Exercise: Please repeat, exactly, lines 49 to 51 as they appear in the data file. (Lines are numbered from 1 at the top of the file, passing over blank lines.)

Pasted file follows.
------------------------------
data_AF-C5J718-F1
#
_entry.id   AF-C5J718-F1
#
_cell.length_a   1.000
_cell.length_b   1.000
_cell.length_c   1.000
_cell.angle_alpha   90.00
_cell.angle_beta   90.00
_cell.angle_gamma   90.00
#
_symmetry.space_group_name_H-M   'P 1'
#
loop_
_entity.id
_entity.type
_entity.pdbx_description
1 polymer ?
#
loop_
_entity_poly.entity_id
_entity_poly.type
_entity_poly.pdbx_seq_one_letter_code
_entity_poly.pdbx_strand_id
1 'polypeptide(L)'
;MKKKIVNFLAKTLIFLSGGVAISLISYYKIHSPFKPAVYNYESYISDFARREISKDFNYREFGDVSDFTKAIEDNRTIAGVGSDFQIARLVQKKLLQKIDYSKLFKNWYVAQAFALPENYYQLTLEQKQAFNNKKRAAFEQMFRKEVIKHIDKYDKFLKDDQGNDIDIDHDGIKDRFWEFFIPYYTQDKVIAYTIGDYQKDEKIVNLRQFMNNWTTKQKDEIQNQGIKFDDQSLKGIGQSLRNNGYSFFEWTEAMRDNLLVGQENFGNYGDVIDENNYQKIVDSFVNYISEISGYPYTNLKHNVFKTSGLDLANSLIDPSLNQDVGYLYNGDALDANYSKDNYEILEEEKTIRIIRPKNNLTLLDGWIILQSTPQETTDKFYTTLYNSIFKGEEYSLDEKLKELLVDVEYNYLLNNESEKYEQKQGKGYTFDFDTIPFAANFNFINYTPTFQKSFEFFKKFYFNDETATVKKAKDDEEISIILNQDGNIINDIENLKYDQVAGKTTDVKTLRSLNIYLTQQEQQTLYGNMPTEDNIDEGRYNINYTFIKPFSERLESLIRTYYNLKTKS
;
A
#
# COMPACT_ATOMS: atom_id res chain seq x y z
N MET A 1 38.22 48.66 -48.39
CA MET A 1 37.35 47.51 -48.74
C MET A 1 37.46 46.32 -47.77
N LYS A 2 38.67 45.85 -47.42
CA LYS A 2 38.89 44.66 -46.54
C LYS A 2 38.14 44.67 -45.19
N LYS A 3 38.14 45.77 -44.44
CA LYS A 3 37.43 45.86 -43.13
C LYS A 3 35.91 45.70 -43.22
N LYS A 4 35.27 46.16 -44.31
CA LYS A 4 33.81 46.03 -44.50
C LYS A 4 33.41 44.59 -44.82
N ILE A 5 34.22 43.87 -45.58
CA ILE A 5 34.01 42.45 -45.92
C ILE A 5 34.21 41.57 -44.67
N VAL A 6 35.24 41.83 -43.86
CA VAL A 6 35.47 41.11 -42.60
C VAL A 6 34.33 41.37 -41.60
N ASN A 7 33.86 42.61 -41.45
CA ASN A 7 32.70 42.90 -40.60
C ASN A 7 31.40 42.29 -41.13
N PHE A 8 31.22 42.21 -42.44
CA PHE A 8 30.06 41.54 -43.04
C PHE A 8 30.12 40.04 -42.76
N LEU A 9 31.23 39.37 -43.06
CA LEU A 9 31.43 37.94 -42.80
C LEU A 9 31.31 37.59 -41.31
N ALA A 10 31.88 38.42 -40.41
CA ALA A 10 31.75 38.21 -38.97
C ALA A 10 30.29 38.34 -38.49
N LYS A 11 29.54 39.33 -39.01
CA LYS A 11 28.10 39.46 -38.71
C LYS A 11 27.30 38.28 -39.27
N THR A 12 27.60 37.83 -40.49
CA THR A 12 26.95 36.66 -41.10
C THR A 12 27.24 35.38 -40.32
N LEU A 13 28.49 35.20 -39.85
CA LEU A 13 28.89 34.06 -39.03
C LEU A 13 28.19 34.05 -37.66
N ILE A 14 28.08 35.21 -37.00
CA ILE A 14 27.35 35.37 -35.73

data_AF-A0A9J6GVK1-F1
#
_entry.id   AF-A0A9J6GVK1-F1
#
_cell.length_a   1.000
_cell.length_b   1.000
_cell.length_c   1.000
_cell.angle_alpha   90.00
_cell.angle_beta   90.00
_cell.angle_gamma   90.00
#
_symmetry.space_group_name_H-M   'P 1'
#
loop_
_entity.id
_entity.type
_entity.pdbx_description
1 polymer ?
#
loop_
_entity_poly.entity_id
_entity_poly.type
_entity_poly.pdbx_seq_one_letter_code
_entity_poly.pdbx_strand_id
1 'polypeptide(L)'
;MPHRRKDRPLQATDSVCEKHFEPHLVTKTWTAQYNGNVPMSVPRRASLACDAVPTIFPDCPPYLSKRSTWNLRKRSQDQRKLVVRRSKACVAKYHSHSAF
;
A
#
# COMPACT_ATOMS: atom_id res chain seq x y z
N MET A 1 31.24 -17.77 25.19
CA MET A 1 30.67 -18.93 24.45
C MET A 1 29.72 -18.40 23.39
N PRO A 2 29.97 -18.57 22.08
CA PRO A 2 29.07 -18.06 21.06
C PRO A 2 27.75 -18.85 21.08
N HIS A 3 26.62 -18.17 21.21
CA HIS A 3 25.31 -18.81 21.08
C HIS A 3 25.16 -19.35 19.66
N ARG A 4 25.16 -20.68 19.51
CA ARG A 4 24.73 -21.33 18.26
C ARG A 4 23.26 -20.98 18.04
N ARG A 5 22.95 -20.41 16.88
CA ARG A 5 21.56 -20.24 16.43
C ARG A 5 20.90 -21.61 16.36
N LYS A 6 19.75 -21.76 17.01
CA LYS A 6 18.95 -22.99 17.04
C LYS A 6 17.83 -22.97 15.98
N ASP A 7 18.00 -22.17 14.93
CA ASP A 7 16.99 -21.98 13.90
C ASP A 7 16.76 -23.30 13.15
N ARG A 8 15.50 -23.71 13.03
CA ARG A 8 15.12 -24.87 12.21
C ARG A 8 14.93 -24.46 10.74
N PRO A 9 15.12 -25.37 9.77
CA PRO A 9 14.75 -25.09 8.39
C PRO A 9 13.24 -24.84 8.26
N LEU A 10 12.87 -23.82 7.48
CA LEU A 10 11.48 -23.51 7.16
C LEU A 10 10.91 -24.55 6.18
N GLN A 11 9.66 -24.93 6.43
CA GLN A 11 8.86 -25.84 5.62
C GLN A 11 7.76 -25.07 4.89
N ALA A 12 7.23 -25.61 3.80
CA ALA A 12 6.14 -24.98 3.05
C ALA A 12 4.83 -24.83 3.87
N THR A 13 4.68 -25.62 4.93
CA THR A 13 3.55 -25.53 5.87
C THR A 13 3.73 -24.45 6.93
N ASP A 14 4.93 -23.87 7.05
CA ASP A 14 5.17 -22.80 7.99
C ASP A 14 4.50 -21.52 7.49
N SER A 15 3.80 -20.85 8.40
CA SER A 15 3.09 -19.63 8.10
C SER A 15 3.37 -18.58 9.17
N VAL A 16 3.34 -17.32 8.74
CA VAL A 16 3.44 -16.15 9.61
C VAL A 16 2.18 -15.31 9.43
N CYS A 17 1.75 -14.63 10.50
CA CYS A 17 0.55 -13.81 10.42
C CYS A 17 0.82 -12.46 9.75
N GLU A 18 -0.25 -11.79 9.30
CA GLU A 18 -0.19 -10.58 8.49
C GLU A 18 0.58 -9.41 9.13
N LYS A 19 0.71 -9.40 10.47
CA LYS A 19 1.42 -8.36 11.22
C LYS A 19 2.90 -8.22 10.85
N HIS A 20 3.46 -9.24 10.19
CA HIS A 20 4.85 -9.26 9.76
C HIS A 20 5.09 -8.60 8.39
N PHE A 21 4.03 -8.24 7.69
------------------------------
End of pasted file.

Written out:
N ASN A 7 33.86 42.61 -41.45
CA ASN A 7 32.70 42.90 -40.60
C ASN A 7 31.40 42.29 -41.13